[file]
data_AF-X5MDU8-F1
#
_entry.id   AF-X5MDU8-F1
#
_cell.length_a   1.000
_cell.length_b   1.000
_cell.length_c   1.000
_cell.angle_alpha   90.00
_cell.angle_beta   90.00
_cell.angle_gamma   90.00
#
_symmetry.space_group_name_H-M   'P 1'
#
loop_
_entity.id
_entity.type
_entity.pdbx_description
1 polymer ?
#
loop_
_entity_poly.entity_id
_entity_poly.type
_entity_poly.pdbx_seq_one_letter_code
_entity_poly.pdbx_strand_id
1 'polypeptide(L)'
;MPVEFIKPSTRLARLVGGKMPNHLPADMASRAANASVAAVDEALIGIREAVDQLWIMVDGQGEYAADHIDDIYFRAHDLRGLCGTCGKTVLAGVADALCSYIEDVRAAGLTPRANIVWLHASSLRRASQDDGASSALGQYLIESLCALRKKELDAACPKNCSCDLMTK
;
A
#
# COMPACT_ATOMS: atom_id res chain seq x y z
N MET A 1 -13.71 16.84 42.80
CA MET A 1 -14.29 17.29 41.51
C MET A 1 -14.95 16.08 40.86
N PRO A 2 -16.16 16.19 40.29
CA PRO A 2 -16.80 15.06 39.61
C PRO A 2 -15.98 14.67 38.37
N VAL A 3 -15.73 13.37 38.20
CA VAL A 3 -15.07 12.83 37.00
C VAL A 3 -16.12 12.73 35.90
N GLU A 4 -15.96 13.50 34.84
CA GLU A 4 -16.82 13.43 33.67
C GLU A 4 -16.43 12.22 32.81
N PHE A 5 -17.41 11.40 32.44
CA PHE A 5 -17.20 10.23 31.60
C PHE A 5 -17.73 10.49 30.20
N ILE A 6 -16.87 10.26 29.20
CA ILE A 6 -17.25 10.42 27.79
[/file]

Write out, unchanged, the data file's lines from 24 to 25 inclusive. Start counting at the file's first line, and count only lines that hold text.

_entity_poly.pdbx_strand_id
1 'polypeptide(L)'